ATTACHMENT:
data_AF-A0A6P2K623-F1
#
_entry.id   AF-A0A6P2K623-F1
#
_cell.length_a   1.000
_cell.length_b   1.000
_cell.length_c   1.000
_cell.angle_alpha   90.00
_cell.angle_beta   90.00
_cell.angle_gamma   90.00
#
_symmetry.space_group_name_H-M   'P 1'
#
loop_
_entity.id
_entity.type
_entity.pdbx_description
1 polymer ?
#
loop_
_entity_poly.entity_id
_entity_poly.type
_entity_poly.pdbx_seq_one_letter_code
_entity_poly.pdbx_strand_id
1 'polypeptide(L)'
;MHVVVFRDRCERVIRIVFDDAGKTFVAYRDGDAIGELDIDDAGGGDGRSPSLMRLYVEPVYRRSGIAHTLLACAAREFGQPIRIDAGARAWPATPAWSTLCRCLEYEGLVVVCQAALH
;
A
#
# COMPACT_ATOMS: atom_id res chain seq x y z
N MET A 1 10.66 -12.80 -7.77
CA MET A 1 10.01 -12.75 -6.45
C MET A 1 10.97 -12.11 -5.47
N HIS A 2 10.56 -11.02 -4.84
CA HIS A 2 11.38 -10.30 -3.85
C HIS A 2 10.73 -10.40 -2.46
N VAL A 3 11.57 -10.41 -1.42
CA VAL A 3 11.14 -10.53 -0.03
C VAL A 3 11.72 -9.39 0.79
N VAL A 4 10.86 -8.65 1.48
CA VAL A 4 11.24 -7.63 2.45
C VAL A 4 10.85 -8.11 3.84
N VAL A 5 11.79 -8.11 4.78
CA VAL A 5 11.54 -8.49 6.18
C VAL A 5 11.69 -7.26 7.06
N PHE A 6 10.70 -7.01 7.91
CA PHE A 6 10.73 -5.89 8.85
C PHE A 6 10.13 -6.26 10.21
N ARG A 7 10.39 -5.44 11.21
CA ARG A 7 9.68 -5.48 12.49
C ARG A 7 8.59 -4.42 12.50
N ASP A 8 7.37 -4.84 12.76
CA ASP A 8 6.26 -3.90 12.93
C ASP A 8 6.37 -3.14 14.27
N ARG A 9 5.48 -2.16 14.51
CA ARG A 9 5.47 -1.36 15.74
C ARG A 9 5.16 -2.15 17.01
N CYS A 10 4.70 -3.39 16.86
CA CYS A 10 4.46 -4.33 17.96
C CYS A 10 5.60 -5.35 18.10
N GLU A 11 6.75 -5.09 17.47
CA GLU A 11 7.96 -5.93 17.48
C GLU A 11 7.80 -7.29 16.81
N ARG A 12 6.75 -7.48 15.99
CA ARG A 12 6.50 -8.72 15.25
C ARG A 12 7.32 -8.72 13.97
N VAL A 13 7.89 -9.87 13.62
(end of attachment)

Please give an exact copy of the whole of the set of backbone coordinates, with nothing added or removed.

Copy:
data_AF-A0A6P2K623-F1
#
_entry.id   AF-A0A6P2K623-F1
#
_cell.length_a   1.000
_cell.length_b   1.000
_cell.length_c   1.000
_cell.angle_alpha   90.00
_cell.angle_beta   90.00
_cell.angle_gamma   90.00
#
_symmetry.space_group_name_H-M   'P 1'
#
loop_
_entity.id
_entity.type
_entity.pdbx_description
1 polymer ?
#
loop_
_entity_poly.entity_id
_entity_poly.type
_entity_poly.pdbx_seq_one_letter_code
_entity_poly.pdbx_strand_id
1 'polypeptide(L)'
;MHVVVFRDRCERVIRIVFDDAGKTFVAYRDGDAIGELDIDDAGGGDGRSPSLMRLYVEPVYRRSGIAHTLLACAAREFGQPIRIDAGARAWPATPAWSTLCRCLEYEGLVVVCQAALH
;
A
#
# COMPACT_ATOMS: atom_id res chain seq x y z
N MET A 1 10.66 -12.80 -7.77
CA MET A 1 10.01 -12.75 -6.45
C MET A 1 10.97 -12.11 -5.47
N HIS A 2 10.56 -11.02 -4.84
CA HIS A 2 11.38 -10.30 -3.85
C HIS A 2 10.73 -10.40 -2.46
N VAL A 3 11.57 -10.41 -1.42
CA VAL A 3 11.14 -10.53 -0.03
C VAL A 3 11.72 -9.39 0.79
N VAL A 4 10.86 -8.65 1.48
CA VAL A 4 11.24 -7.63 2.45
C VAL A 4 10.85 -8.11 3.84
N VAL A 5 11.79 -8.11 4.78
CA VAL A 5 11.54 -8.49 6.18
C VAL A 5 11.69 -7.26 7.06
N PHE A 6 10.70 -7.01 7.91
CA PHE A 6 10.73 -5.89 8.85
C PHE A 6 10.13 -6.26 10.21
N ARG A 7 10.39 -5.44 11.21
CA ARG A 7 9.68 -5.48 12.49
C ARG A 7 8.59 -4.42 12.50
N ASP A 8 7.37 -4.84 12.76
CA ASP A 8 6.26 -3.90 12.93
C ASP A 8 6.37 -3.14 14.27
N ARG A 9 5.48 -2.16 14.51
CA ARG A 9 5.47 -1.36 15.74
C ARG A 9 5.16 -2.15 17.01
N CYS A 10 4.70 -3.39 16.86
CA CYS A 10 4.46 -4.33 17.96
C CYS A 10 5.60 -5.35 18.10
N GLU A 11 6.75 -5.09 17.47
CA GLU A 11 7.96 -5.93 17.48
C GLU A 11 7.80 -7.29 16.81
N ARG A 12 6.75 -7.48 15.99
CA ARG A 12 6.50 -8.72 15.25
C ARG A 12 7.32 -8.72 13.97
N VAL A 13 7.89 -9.87 13.62